Daisy Ridley developed stomach ulcers from ‘craziness’ of being cast in ‘Star Wars’

Daisy Ridley admits in a new interview that starring in the famous “Star Wars” franchise heightened her anxiety and took a toll on her overall health.

The British actress — who played the role of Rey in the trilogy “The Force Awakens,” “The Last Jedi” and “The Rise of Skywalker” — told Inverse magazine in a piece published last week that her mental health declined so much that by the second installment she developed holes in her stomach.

“When all of the craziness was going on, I was like, ‘I’m good. I’m good. I’m coping fine. Everything’s fine,’” she recalled.

“And I was fine, for the most part. But I think what I was really grappling with was that it was my normal, but it was not normal to other people.”

Ridley, 31, said that ahead of the release of her first “Star Wars” film in 2015, director J.J. Abrams let her know she must “understand the scale” of the part she was taking on.

Ridley said she dealt with anxiety that caused her to get holes in her stomach wall. Getty Images for Disney

She claimed he told her, “This is not a role in a movie. This is a religion for people. It changes things on a level that is inconceivable.”

Ridley said when she first watched herself onscreen, she “literally thought [she] ruined ‘Star Wars.’”

The actress was just in her early 20s at the time, but said she now has “more grace” for it.

Ridley said she once contemplated, “I literally thought I ruined ‘Star Wars.’” AP

“It’s funny now, too, because that was 10 years ago,” the “Marsh King’s Daughter” star said.

“So, if anything comes on the TV, I’m like, ‘Oh, I’m a baby! Oh my God, that’s me as a baby!’ I wouldn’t say it’s easier, but I’ve had to become more comfortable.”

Aside from dealing with anxiety, though, Ridley was also suffering from disorders that affect thousands of women like endometriosis and polycystic ovarian syndrome (PCOS), the latter of which stars like Bebe Rexha, “Pretty Little Liars” alum Sasha Pieterse and Lea Michele have openly struggled with.

Aside from anxiety, Ridley also dealt with endometriosis and PCOS. Getty Images

Keke Palmer revealed in 2020 that PCOS had been “attacking” her “from the inside out” her entire life and brought about severe acne.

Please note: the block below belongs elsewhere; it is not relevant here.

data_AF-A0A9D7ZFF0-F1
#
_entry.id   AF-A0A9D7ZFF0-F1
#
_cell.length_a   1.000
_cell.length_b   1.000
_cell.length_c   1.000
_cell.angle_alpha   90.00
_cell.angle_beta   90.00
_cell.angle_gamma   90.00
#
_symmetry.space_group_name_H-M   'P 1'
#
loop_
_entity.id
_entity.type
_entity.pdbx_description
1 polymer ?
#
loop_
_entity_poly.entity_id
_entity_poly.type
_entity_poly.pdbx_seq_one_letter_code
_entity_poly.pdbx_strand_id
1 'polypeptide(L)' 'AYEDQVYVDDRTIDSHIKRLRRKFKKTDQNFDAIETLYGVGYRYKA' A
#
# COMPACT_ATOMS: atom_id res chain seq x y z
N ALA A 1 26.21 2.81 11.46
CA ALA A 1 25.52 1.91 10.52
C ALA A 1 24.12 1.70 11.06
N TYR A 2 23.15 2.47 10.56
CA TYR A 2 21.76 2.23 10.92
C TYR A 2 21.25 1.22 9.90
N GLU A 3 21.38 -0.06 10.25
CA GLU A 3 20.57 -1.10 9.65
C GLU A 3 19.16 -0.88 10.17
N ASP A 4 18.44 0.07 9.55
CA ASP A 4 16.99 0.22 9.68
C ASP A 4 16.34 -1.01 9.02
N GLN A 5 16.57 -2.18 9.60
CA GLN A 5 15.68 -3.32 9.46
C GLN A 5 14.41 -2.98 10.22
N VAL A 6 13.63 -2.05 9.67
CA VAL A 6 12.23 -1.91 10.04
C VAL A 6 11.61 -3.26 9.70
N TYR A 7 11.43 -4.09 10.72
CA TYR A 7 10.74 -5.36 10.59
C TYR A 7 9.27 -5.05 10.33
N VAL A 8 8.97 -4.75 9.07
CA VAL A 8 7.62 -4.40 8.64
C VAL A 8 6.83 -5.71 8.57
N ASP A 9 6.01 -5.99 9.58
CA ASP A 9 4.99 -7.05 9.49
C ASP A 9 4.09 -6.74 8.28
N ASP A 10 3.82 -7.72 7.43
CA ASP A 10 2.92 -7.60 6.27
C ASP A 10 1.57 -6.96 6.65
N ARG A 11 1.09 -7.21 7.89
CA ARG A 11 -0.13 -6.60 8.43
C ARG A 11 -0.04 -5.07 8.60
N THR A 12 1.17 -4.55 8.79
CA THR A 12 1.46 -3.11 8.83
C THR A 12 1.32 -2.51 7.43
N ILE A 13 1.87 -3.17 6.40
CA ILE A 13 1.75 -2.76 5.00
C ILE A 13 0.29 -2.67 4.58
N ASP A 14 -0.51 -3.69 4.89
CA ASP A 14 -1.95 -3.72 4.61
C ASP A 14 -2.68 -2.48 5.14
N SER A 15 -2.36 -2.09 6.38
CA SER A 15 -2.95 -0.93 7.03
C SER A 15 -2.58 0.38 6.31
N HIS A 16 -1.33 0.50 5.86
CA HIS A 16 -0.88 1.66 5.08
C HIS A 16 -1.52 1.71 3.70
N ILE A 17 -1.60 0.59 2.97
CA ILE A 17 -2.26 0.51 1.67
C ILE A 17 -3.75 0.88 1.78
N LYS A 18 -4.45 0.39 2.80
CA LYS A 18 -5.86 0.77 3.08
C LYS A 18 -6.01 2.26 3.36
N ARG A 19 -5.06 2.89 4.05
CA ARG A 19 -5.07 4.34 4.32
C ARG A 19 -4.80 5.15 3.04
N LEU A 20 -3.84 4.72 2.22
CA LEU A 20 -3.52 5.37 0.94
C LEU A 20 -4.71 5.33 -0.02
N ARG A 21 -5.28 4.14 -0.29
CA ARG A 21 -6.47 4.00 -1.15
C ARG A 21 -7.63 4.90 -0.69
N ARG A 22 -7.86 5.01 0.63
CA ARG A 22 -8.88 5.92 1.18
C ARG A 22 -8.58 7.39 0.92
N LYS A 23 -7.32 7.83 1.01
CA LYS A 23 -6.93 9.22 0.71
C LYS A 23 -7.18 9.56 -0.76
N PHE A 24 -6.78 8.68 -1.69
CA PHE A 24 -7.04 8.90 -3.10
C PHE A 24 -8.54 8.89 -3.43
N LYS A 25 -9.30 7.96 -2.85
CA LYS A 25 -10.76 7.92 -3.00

Ridley also experienced skin issues as a result of the hormonal imbalances caused by the syndrome.


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Despite the stress she felt while starring in “Star Wars,” though, the actress told Inverse she “was grieving” when the last film was released in 2019.

The following year, the COVID-19 pandemic hit, and Ridley recalled “having to sit and just be still in lockdown,” which was “incredibly helpful, in a way [she] hadn’t anticipated.”

Ridley said she was also hard on herself after seeing herself onscreen in her earlier films. Getty Images

“I realized there was a lot that I hadn’t processed properly,” she reflected.

Ridley’s newest film, “Sometimes I Think About Dying,” was just released last Friday, and the romantic comedy about a “lonely and socially awkward woman tries to make a connection with a friendly new co-worker” taught her a lot.

“I really wanted to play Fran, but it was the entire film that touched me,” she said.

Ridley stars in a new rom-com called “Sometimes I Think About Dying.” Charles Bush/Everett Collection

“We made it coming out of lockdown, and everyone was thrilled to be together; the message I feel the film is sending is that connection is more important than everything.”

Ridley added, “We’re all fighting something that other people can’t see, and meeting people with kindness and grace and warmth is really the most any of us can do.

“It’s really uncomfortable, being human. A lot of the time, it’s really f–king hard. But, ultimately, to try is to succeed.”